When browsing the discount desktop computer section, you may have come across the term “refurbished.” Aside from noticing that refurbished computers tend to be slightly cheaper than retail priced desktop computers, it can be difficult to understand what the difference is and what you can expect in terms of quality and support. Sometimes, a refurbished computer is an excellent deal—other times, not so much so. Here are a few tips to help you recognize if a refurbished computer is a best buy or a rip off.
Refurbished means that the computer was returned to the factory or a retailer due to a defect. When a computer is refurbished, it simply means that it’s been repaired back to working order. That’s all you can really know for sure about an item labeled refurbished.
Third-party vs. Manufacturer
Just like with used engines and other auto parts, who does the refurbishing matters big time. If the manufacturer refurbishes the computer, it’s likely that they used the same factory parts that go into new machines and subjected it to the same rigorous quality standards as all the other computers that roll out of their factory. But more importantly, refurbished computers from the manufacturer often carry a warranty that guarantees it for a year or more. If the computer’s a true lemon, it’ll breakdown again long before then.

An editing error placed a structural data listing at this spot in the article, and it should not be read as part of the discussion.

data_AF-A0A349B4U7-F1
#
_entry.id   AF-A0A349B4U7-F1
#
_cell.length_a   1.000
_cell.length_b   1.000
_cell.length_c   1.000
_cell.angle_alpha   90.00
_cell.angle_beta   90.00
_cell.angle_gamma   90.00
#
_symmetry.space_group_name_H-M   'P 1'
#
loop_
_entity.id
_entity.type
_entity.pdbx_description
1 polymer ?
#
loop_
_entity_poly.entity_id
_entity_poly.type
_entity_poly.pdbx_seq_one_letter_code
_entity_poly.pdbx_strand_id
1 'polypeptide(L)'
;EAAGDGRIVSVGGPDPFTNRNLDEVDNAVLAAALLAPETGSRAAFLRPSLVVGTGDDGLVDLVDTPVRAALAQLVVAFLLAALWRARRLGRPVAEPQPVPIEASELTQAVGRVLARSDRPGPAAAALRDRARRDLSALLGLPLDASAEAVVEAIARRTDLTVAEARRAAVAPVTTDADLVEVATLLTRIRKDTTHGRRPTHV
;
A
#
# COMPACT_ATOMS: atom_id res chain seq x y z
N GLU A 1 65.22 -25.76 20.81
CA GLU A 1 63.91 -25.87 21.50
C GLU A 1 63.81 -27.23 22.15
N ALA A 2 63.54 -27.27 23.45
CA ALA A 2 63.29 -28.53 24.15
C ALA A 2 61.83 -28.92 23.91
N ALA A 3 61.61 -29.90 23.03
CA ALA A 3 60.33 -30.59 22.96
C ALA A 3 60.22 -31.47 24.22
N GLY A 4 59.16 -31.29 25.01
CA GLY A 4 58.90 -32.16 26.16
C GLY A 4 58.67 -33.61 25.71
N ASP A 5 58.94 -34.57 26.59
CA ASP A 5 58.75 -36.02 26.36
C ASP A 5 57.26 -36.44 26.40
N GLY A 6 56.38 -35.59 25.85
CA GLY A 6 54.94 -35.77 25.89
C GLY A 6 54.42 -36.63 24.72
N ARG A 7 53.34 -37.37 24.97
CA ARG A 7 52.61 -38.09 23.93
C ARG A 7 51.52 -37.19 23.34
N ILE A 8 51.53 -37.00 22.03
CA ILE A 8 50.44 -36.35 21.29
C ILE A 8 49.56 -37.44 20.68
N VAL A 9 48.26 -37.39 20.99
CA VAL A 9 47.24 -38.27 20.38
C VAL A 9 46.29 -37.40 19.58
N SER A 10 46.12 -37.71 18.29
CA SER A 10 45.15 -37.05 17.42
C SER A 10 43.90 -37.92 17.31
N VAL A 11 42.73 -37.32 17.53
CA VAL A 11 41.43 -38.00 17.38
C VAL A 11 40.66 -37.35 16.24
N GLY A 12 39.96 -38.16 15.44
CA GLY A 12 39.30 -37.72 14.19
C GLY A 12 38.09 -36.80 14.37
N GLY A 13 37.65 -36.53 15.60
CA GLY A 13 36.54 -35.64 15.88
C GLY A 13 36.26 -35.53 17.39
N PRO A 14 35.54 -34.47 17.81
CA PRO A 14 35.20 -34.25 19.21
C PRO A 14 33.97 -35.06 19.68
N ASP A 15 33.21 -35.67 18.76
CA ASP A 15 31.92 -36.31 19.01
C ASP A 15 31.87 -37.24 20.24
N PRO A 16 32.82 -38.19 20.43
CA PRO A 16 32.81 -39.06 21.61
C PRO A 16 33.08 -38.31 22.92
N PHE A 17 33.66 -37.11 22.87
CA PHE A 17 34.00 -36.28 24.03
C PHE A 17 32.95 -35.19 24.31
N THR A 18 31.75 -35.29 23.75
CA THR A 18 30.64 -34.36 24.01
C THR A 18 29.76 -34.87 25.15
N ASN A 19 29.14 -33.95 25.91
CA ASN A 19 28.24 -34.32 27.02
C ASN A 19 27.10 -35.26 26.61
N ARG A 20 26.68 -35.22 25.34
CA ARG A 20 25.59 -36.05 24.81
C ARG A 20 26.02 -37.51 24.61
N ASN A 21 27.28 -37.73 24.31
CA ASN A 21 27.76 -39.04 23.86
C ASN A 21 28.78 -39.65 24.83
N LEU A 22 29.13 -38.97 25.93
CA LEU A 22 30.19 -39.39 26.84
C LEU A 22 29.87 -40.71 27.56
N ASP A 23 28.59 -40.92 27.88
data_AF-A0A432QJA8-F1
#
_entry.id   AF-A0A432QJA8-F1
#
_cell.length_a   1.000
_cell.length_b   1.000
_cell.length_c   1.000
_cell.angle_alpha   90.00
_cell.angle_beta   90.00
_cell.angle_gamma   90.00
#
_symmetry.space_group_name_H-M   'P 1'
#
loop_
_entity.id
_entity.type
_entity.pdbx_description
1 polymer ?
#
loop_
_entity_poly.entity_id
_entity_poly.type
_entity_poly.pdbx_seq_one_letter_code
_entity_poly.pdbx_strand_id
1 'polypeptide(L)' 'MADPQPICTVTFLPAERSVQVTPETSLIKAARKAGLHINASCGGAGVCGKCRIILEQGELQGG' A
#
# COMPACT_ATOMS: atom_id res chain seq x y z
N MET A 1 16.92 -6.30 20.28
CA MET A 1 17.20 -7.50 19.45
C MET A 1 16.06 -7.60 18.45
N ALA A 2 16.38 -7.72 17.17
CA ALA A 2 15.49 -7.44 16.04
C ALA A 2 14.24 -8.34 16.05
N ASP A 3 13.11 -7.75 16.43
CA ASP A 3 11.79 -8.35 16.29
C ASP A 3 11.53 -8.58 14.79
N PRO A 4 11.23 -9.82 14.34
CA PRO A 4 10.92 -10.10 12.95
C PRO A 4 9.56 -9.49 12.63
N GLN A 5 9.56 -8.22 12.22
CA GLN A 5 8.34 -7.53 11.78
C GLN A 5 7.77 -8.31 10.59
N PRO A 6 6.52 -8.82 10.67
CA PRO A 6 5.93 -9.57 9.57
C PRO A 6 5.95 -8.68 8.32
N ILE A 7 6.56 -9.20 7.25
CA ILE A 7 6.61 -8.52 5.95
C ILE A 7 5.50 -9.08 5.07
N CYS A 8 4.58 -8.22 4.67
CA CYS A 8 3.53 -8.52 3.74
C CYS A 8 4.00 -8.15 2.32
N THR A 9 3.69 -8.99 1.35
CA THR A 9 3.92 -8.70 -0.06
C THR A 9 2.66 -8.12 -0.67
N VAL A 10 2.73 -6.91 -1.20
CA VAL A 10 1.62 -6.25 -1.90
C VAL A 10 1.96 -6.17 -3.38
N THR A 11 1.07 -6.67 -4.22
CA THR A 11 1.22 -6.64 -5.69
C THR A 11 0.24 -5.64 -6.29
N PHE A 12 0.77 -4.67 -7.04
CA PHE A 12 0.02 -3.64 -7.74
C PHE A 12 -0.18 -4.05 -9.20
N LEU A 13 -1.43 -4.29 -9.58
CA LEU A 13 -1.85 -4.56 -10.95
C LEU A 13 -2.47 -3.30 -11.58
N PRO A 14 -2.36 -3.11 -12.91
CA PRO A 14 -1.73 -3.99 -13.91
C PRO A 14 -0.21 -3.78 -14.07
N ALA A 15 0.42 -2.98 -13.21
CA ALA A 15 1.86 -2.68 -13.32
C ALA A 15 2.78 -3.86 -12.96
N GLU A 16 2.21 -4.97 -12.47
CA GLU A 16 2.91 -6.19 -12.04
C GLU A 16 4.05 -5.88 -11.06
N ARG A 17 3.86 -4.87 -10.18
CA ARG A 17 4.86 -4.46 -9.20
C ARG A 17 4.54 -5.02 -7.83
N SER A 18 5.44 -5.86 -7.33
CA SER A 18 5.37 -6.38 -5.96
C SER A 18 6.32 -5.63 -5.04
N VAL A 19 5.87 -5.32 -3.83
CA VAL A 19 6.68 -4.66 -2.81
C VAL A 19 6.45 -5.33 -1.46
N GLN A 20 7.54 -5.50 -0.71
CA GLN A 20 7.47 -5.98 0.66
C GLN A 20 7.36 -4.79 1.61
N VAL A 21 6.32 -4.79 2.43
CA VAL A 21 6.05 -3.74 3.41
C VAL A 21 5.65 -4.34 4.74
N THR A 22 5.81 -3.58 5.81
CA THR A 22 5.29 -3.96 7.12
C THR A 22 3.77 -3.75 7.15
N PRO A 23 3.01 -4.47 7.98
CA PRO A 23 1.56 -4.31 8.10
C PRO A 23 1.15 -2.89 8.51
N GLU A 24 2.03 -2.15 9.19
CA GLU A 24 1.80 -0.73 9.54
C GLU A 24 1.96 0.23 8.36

Third-party refurbished items could mean anything. It could mean that the seller went to Goodwill and got a used computer off the shelf and filled it with the junkiest junk parts they could find and are looking to turn it around for a profit. Their warranties, if they offer them, could be solid or they could be sketchy.
Late Model or Older Model
When comparing refurbished computers, it’s especially important to compare apples to apples when taking a look at prices. Most refurbished computers will be priced lower than “New” products, but there could be two reasons for this. Refurbished computers are offered at a reduced price due to the fact that they’ve been worked on and may be pre-owned, but desktop computers that are refurbished and re-stocked also tend to be older than the new computers on the shelf. In other words, you may be paying $100 less for a refurbished computer not because it’s been repaired, but more because it’s the model from two years ago. Pay close attention to the technical specifications and the model number to ensure that you’re not getting last year’s leftovers.
A quality refurbished computer should have the warranty included in the price. That is, you shouldn’t have to purchase an extended warranty to cover it. If a seller asks you to plunk down $25, $50 or $100 extra dollars for a warranty, walk away. Actually, ask them first if the refurbished computer already comes with a warranty and how long it’ll be covered if you don’t purchase an extended warranty. Then, verify that the warranty entitles you to a replacement or a repair by an authorized service shop. If everything checks out, then purchase with confidence.